For example, falling in d20 SW makes sense with the WP/VP mechanic:
I'll certainly agree that WP/VP make more sense in this instance. Hit points do not do falling well. But I'd say that attacking a monster is a more frequent occurrence, so the issue comes up more often and is more glaring.
Of course, they make the save and that damage goes to Vitality Points instead, but there are plenty of cases of people in real life who fall great distances and not only survive, but escape serious injury in the process.
That's exactly how you'd describe it with hit points too--you just have insane heroic luck, so you somehow always make that save. It's awkward but it's also fairly genre-appropriate to a game of heroic fantasy--something or other broke your fall. I don't think it's nearly as difficult to explain as the bantha example.
 

DND_Reborn

The High Aldwin
I suppose it's a semantic difference--I'd use the term "dodge" to describe avoiding something by moving one's body, even if the avoidance was not 100% successfull.
Fair enough.

But regardless of the word used the issue is that it presupposes a bantha--a lumbering creature that moves at a snails pace--reacting nimbly to a fast-moving attack. Whether the attack is avoided entirely or not isn't really germain to the point.
Oh, I don't know. There are many large creatures in real life which (while normally slow), can be quite quick/agile when threatened or attacking.

Also, one thing you do not know on the attack roll is even if it is a "hit", how much did it "hit" by? How much effort was really required to turn mortal injury into glancing blow?

(FWIW, in my opinion this is where the damage roll is actually the important roll- and why we developed the concept of critical damage for our 5E game instead of critical "hits".)

It's been an issue for the entire existence of the game.
Very much agree here! :)

That's exactly how you'd describe it with hit points too--you just have insane heroic luck, so you somehow always make that save. It's awkward but it's also fairly genre-appropriate to a game of heroic fantasy--something or other broke your fall. I don't think it's nearly as difficult to explain as the bantha example.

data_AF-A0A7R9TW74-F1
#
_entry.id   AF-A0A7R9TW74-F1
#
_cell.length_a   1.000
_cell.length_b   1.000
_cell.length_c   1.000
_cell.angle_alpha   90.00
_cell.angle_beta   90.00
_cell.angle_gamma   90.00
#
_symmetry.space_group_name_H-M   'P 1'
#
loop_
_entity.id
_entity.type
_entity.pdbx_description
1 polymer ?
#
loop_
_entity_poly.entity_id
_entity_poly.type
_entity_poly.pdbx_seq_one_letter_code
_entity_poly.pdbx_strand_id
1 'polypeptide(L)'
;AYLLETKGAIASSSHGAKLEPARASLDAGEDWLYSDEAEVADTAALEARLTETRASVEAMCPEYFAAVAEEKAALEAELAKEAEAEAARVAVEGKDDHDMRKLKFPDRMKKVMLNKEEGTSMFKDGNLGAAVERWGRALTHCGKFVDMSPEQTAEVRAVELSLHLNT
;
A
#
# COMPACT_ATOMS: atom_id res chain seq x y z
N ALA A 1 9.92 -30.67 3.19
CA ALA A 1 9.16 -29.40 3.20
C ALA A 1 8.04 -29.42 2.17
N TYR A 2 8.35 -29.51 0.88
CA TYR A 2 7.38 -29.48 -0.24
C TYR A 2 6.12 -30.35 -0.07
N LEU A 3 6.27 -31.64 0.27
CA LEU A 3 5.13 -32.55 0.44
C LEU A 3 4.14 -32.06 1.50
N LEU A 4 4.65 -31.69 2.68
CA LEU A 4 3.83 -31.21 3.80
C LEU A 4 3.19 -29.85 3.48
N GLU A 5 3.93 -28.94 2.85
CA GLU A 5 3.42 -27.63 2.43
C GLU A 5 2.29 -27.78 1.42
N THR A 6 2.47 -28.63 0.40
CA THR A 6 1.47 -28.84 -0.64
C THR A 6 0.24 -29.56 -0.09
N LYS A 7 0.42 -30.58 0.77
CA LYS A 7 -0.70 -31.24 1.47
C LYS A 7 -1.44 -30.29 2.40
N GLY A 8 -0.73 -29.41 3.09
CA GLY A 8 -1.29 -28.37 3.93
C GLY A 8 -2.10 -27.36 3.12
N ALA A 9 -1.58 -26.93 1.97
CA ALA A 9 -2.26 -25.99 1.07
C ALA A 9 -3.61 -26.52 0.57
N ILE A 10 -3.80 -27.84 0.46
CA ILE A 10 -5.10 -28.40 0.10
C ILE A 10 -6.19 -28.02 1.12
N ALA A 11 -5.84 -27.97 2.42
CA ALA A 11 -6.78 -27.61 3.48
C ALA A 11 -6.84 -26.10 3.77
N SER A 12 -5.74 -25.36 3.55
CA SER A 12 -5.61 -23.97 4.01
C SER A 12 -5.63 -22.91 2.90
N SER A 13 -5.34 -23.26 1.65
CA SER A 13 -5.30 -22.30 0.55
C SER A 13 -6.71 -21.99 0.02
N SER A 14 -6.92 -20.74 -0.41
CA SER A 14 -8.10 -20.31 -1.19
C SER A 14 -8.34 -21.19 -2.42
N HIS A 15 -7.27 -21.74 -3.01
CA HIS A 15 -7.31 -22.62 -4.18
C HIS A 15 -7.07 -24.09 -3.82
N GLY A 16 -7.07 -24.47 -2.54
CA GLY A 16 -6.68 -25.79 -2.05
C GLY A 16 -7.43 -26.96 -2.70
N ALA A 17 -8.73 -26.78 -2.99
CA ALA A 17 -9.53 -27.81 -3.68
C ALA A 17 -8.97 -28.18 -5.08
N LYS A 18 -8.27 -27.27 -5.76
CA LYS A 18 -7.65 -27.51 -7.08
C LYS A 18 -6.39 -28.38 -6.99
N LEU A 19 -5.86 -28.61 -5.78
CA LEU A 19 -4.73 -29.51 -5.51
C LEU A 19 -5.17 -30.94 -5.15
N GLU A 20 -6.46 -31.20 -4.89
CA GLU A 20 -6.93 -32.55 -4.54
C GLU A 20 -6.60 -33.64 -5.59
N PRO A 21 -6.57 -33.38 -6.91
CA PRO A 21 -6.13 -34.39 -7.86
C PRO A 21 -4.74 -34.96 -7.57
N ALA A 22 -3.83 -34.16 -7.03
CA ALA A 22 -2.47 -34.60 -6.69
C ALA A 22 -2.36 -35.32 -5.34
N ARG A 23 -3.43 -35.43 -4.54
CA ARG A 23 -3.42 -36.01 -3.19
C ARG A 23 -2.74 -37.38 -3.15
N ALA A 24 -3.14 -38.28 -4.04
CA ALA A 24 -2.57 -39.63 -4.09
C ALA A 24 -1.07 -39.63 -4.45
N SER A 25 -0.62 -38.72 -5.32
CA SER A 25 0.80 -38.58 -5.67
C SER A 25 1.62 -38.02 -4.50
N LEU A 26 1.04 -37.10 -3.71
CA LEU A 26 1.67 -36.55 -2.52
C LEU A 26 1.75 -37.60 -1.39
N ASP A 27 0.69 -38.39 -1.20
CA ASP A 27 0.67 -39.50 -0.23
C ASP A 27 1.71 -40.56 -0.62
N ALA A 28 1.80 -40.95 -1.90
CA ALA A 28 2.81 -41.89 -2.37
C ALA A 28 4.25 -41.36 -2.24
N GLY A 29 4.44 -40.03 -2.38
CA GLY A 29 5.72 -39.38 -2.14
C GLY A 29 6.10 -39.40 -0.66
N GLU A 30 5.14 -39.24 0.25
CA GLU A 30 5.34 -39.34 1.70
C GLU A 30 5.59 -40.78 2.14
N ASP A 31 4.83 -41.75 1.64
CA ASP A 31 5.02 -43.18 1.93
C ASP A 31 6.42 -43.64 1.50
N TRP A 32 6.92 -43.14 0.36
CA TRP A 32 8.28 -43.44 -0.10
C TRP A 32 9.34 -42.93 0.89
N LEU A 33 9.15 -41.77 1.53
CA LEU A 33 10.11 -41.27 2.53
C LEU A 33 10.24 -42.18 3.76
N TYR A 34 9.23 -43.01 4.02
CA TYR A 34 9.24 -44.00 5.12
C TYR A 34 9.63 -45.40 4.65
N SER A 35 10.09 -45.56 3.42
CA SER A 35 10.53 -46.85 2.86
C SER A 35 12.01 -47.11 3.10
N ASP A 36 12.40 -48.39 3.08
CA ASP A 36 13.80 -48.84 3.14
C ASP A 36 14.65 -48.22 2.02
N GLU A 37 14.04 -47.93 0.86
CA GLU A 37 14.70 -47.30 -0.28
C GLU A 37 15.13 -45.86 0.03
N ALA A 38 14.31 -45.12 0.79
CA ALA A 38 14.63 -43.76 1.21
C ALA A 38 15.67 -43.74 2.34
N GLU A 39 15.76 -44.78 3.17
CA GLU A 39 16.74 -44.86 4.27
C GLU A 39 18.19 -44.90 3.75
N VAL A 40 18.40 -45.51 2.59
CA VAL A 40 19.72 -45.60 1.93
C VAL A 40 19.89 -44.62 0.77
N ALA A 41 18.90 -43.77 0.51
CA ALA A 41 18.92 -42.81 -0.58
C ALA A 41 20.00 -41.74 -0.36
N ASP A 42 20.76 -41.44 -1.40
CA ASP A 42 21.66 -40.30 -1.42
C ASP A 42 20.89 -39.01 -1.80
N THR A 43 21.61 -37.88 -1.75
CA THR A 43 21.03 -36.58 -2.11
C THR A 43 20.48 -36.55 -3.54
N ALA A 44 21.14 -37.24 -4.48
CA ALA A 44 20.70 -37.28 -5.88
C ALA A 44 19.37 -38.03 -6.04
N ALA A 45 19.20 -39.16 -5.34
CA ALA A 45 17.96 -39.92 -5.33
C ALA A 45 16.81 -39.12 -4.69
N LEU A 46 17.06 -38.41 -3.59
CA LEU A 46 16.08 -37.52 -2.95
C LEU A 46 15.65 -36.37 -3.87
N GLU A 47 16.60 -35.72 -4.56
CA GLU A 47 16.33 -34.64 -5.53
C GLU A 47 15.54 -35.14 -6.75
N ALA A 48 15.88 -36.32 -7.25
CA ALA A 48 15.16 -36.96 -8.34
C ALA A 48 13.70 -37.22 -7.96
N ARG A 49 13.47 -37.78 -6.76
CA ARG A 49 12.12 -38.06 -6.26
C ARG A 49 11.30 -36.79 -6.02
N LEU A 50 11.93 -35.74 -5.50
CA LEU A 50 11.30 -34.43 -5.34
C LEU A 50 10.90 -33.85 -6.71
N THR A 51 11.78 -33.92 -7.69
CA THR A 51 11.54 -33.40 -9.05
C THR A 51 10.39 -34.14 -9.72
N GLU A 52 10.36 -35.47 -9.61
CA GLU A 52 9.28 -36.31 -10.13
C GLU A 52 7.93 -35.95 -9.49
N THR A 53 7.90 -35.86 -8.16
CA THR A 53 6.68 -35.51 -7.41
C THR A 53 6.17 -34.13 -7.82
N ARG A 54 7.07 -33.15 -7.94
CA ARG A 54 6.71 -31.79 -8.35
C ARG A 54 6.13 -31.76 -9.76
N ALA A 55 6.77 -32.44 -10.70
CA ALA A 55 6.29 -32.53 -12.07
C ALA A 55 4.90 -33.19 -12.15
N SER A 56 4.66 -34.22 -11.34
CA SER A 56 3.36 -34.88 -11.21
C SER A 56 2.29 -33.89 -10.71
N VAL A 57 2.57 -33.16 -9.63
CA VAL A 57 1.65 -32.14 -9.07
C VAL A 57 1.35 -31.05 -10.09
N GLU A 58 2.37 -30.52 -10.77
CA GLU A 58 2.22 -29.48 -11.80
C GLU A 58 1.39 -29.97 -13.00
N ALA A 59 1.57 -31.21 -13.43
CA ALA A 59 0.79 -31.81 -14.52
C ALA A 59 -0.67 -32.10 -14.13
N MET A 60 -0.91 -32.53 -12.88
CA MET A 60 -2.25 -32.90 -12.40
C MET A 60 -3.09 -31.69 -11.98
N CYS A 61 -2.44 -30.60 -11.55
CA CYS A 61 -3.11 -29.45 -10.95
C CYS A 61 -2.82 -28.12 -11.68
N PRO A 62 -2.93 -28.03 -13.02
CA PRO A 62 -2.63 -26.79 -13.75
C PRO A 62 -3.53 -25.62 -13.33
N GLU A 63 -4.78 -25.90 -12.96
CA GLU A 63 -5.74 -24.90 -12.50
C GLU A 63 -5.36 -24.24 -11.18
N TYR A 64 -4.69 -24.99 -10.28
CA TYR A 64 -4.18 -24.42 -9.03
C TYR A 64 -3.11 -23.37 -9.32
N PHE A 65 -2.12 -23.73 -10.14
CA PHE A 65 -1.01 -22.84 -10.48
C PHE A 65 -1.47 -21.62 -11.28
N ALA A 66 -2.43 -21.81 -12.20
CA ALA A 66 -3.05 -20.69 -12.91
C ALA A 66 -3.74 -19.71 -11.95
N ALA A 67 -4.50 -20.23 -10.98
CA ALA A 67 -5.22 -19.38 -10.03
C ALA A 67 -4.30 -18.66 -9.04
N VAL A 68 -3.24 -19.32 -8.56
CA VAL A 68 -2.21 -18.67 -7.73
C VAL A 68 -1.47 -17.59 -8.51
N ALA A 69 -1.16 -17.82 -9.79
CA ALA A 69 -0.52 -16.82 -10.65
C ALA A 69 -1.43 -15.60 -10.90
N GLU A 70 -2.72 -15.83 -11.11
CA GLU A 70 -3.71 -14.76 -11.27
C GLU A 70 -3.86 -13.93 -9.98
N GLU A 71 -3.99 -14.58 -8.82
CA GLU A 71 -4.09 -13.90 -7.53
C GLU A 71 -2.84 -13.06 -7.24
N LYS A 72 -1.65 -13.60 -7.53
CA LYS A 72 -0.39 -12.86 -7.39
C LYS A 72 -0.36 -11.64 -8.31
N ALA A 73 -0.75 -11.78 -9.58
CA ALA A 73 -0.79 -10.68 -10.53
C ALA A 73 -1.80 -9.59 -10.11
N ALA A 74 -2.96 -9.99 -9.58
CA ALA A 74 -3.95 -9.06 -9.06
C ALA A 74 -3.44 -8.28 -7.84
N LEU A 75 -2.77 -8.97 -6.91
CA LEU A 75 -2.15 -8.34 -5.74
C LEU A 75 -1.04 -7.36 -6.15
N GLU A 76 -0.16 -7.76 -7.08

Actually, I have never had an issue with the abstract qualities of hit points in D&D. I've always been able to accept the idea that hit points are, along with "meat body", luck, skill, divine favor, reflexes, etc.

The issue more (which most people have) is that you can fall hundreds of feet, taking 70 damage, get up, and walk away without issue if you have any hp left. Now, the same is true of vitality, but if you are taking 70 damage, you made one heck of a Reflex save to keep that damage in Vitality instead of Wounds!!! Because as wounds... well, the fall killed you. ;)

Anyway, I don't see any issue with the bantha (other than the aforementioned AC being too high and needing DR instead...) in regards to avoiding lethal "hits" in the VP/WP dynamic. At least, no more so than such a creature getting "hit" and taking hp damage in D&D...
 

Voranzovin

Explorer
Oh, I don't know. There are many large creatures in real life which (while normally slow), can be quite quick/agile when threatened or attacking.
Sure, a charging elephant would be terrifying, but they only move quickly in straight lines. If you ran up and slashed at an elephant with a sword, I don't think it could dodge, even incompletely. Gore you on the way in, yes probably. But that's a different kind of defense.

Now for some genres a dodging elephant could work! There's no obligation that RPGs adhere to any kind of "realism," and there are certainly "cartoony" genres where that could fit. But it's not consistent with the genre conventions of Star Wars, or of most DnD games.
Anyway, I don't see any issue with the bantha (other than the aforementioned AC being too high and needing DR instead...) in regards to avoiding lethal "hits" in the VP/WP dynamic. At least, no more so than such a creature getting "hit" and taking hp damage in D&D...
What it comes down to, I guess, is that I really do envision what happens during combat as if it were a movie I was watching and describing to my players--in the case of Star Wars, literally a Star Wars movie. I'm in the animation industry, so this comes naturally to me--I can't really stop doing it. Hit points are agnostic to this approach, since you can describe more or less whatever you want, and retcon it later if you need to (oh, you got healed? Well you did take a nasty scratch across the shoulder in that last combat, forgot to mention it. Oh, you spent hit dice? No scratch, you were just winded). I would like a system that helped me with that description and didn't require the retcons, but for me at least, WP/VP produces results that are instead frequently inconsistent with any kind of genre-appropriate cinematic visualization you might try to apply.